yesterday's tennessee

Yesterday's Tennessee


Elizabeth Caywood

This article probably appeared in the Henderson County Times circa 1982. This web page was made from clippings in a scrapbook labeled "Henderson County Historical Society 1982-1983" compiled by Virginia Butler, President 1982-1983.

This story was compiled from neswpaper clippings collected during World War II years 1941-1948.

Dr. Wilbur B. Summers came to Lexington following graduation at U.T. Nashville Dental College in 1905, and started his dental practice here, which continued until his death from a heart attack in 1946. In 1906 he married Anna Lou Gaston of Nashville and brought her to Lexington to establish their home. They had six sons and one daughter. The oldest son, Gaston, was electrocuted while working as a U.T. co-op student with the Knoxville Power and Light Company in 1928. Our story begins with the attack on Pearl Harbor, December 7, 1941, and the part that Julius, Paul Edward, Robert, Carey and James played during the next 5 or 6 years.

Julius Summers, who lived with his family in Somerville, Tenn., had served four years in the Marine Corps after he left High School. He volunteered for service in the Navy and was sent to Great Lakes Training Center where he served as an Apprentice Seaman until he had an operation for brain surgery. He received an Honorable Discharge in 1944.

Paul Edward Summers, a graduate of Annapolis Naval Academy and Submarine School, had left Hawaii for the Philippines when Pearl Harbor was attacked. He was Executive Officer on a sub patrolling in the South China Sea and was returning to Manilla where they found the Bay mined. The captain panicked and asked Pete to take the sub to port. This was the beginning of many long and dangerous patrols. He made seven war patrols with his first sub before he was assigned to the Pampanito, which he commanded on 11 patrols, one of which succeeded in the rescue of 73 Austrailian and British prisoners of war being transported from the Burma Road and River Kwai on Japanese ships, which had been sunk by U.S. subs. The men were on rafts made of scrap planks and had been on the sea for 5 days when Pete's sub spotted them and brought them aboard. In spite of their emaciated condition, the care his crew gave them in three days saved their lives and only 1 died. He was awarded the Bronze Star and his prize, the Navy Cross. He also received commendation from the Australian government. He retired a Rear Admiral.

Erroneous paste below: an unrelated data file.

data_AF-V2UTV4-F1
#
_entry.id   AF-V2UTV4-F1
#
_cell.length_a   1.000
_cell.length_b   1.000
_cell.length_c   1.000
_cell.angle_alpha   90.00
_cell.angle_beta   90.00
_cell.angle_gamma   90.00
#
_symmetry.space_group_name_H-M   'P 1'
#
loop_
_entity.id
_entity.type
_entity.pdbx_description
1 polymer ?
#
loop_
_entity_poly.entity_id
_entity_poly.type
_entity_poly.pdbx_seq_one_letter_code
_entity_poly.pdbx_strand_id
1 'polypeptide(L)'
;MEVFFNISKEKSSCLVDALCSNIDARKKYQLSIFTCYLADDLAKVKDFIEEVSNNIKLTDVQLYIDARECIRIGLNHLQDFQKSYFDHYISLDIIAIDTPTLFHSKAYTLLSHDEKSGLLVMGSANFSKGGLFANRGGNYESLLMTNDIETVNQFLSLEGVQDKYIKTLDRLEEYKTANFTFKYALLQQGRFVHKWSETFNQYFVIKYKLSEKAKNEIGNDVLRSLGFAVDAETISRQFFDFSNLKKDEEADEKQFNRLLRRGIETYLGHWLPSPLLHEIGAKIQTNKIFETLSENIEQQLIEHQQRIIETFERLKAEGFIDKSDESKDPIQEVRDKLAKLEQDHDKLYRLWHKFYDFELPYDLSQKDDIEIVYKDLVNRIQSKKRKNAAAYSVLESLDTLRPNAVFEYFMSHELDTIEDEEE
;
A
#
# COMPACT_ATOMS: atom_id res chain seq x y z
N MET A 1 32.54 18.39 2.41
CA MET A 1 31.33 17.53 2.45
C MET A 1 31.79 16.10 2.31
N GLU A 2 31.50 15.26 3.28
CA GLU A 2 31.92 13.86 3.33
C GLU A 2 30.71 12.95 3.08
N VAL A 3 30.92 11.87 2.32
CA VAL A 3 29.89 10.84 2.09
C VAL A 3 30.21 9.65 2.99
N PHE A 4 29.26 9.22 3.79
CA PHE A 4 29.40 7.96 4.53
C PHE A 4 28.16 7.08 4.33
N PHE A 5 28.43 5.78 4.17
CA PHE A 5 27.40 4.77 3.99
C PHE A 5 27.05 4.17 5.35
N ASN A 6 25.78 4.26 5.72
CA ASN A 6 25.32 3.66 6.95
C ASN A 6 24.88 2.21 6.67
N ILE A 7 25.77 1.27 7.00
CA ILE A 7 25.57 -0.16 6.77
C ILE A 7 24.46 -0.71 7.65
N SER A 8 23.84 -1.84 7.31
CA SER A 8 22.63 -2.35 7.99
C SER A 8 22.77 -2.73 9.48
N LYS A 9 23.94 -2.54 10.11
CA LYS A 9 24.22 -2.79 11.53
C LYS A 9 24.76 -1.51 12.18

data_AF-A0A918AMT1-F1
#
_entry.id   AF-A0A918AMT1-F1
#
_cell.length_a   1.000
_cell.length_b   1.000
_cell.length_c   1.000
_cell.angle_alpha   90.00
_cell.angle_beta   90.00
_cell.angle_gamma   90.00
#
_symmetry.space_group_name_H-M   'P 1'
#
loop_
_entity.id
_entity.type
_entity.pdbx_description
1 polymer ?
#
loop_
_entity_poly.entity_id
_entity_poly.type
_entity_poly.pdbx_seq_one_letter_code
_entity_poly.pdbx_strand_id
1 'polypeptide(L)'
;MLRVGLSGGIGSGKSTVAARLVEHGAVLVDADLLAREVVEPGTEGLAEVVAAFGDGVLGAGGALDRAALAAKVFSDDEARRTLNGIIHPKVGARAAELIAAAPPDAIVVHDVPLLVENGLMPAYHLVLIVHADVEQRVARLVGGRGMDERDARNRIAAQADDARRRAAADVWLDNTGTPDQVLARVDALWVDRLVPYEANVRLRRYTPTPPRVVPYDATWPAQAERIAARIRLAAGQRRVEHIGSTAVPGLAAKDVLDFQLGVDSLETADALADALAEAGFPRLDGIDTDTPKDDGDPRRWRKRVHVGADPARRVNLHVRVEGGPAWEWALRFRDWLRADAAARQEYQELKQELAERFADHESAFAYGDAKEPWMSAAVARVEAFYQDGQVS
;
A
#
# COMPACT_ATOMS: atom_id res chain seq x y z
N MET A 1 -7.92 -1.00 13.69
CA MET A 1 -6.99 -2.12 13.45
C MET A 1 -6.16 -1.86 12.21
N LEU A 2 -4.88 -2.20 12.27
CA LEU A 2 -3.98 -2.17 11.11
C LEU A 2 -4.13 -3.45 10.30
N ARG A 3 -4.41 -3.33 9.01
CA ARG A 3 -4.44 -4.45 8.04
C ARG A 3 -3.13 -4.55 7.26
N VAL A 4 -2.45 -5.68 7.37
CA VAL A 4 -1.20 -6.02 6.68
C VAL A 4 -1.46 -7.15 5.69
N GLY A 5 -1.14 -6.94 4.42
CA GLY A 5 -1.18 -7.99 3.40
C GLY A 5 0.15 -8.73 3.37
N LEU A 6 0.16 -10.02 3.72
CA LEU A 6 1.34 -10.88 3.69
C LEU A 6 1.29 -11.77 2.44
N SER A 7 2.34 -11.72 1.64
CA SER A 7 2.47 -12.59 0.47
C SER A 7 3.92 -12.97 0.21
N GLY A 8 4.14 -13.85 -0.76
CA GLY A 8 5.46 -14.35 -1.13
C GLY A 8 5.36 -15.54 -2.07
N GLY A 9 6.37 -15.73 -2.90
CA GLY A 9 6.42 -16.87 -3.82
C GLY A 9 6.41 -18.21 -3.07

Robert W. Summers was in training with the Tennessee National Guard on Pearl Harbor Day and was sent to Officers Candidate School in Lawton, Okla., and was commissioned as an officer on graduation. He was with the 3rd Infantry Division which was in the first landing on Oran, North Africa. His Division proceeding to make six other invasions from North Africa, Sicily, Italy (including Anzio Beach), France and Germany. He was awarded the Bronze Star Medal being cited for "distinguishing himself as an artillery observer during fighting in Italy. On one occasion he remained for eight days without relief at an exposed observation post, during which time he was subject to artillery, mortar, and sniper fire. Nevertheless, he directed effective fire which broke up numerous enemy formations, including a mortar thrust." Robert retired a Captain.